[Obstetric complications and risk of schizophrenia. An association appears undisputed, yet mechanisms are still unknown].Lakartidningen 2003; 100(22):1974-9L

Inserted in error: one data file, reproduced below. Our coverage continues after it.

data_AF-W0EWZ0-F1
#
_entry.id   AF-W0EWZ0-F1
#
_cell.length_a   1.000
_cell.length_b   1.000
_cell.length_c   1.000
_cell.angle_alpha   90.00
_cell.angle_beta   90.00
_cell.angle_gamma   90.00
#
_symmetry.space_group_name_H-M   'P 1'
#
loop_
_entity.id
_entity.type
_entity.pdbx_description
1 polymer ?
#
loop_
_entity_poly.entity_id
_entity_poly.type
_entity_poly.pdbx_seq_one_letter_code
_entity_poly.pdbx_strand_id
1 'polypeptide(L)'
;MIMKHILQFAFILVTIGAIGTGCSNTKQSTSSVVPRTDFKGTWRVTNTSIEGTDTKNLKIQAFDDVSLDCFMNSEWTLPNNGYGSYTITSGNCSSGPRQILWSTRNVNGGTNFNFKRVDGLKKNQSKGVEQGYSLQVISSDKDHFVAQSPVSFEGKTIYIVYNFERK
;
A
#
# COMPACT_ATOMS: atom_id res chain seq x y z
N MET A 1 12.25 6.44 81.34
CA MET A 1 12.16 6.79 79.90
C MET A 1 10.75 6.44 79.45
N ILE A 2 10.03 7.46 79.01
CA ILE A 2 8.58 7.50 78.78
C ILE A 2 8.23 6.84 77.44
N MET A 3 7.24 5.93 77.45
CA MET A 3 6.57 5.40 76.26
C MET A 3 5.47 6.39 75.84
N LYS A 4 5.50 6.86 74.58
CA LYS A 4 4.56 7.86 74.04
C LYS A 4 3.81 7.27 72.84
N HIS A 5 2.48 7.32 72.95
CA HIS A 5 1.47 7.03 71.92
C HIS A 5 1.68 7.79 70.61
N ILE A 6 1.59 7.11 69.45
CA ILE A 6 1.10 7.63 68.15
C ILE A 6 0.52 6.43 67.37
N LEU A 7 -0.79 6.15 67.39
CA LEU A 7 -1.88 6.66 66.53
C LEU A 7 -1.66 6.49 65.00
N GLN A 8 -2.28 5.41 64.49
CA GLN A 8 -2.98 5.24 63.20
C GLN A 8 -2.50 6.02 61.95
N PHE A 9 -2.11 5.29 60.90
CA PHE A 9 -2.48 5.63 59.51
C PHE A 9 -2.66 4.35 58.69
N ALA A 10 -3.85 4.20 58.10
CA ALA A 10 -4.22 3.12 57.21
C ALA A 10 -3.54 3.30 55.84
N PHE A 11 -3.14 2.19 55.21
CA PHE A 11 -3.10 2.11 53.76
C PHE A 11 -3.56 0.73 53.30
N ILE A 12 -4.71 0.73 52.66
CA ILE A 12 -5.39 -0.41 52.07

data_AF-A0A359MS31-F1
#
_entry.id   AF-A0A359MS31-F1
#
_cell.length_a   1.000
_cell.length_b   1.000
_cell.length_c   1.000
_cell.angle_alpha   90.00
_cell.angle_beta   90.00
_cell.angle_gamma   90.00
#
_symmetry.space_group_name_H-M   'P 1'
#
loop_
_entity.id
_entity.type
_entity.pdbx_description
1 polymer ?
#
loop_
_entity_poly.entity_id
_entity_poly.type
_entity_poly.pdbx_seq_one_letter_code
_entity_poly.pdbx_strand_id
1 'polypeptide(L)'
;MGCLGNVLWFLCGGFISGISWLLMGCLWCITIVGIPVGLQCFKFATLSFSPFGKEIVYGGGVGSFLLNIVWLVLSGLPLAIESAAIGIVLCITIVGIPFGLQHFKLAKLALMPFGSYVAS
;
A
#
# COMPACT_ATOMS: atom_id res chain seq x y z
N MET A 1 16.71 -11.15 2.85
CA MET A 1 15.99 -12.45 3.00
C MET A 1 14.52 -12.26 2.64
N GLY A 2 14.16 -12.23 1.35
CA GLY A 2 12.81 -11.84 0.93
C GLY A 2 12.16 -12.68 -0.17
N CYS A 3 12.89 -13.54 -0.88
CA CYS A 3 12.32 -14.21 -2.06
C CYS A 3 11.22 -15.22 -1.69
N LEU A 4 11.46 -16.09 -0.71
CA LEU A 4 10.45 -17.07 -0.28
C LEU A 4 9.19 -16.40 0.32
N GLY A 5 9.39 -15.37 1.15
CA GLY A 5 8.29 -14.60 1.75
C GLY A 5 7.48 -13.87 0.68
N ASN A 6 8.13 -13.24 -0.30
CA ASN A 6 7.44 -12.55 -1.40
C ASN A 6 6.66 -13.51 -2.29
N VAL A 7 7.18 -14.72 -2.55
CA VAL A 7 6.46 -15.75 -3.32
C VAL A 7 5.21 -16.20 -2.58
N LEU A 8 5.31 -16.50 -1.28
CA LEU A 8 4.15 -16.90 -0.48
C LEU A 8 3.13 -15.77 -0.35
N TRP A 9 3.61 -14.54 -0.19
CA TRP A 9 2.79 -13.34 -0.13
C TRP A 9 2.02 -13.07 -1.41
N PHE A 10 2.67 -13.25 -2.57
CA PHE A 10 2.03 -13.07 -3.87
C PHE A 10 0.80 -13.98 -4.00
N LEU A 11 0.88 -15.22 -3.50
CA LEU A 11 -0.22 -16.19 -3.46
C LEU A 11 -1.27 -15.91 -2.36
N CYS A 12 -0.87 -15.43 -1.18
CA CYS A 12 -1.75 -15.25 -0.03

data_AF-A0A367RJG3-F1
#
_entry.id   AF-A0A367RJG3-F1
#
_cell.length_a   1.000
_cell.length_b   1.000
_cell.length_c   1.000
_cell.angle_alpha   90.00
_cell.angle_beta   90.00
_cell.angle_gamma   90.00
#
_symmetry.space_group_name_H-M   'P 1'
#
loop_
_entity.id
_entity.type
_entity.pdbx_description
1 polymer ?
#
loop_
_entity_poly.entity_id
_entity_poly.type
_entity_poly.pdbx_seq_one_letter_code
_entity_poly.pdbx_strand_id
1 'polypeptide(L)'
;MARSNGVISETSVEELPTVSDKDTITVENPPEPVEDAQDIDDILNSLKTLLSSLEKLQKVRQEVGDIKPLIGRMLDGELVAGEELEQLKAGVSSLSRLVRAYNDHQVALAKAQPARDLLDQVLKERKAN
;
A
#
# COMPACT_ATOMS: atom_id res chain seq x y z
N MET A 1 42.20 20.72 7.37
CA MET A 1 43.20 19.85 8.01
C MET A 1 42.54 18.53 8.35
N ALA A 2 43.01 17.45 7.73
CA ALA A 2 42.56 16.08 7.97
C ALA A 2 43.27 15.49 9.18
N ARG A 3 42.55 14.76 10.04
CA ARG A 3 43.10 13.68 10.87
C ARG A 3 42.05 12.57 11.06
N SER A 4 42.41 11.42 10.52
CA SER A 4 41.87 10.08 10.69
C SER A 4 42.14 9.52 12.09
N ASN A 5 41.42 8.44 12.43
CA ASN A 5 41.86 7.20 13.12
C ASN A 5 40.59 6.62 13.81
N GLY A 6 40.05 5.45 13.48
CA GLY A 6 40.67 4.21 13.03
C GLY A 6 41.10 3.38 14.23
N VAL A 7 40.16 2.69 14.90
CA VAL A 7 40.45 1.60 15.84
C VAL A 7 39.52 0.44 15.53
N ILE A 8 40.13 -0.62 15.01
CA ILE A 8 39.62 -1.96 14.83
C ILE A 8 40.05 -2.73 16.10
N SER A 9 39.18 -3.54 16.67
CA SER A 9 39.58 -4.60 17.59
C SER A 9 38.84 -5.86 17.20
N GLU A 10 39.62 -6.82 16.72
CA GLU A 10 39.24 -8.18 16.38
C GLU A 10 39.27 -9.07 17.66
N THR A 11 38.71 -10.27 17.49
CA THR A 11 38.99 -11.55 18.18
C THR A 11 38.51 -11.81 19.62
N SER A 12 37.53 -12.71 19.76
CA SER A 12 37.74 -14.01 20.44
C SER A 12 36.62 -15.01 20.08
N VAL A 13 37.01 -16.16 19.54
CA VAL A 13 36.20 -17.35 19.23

This paper reviews the literature on obstetric complications (e.g. premature births and hypoxia at birth) and the later development of schizophrenia. Some forty studies and two meta-analyses are summarised concerning methods and results. The balance of evidence today supports an association between obstetric complications at different points of time: during foetal life, delivery, as well as during neonatal life. This is supported by other studies of early life risk factors, e.g. infections, maternal stress and famine. Presuming there is a causal relationship, the results may support the view that various underlying "mechanisms" may be associated with schizophrenia. On the other hand this does not exclude a final common pathway. One candidate, among others, is the deleterious effects of hypoxia, hypoglycaemia, and hyperbilirubinaemia on the NMDA-receptors. To further understand how the factors are related, the statistical models in epidemiological research have to be improved and co-operation with other disciplines such as neuropathology and genetics is a necessity.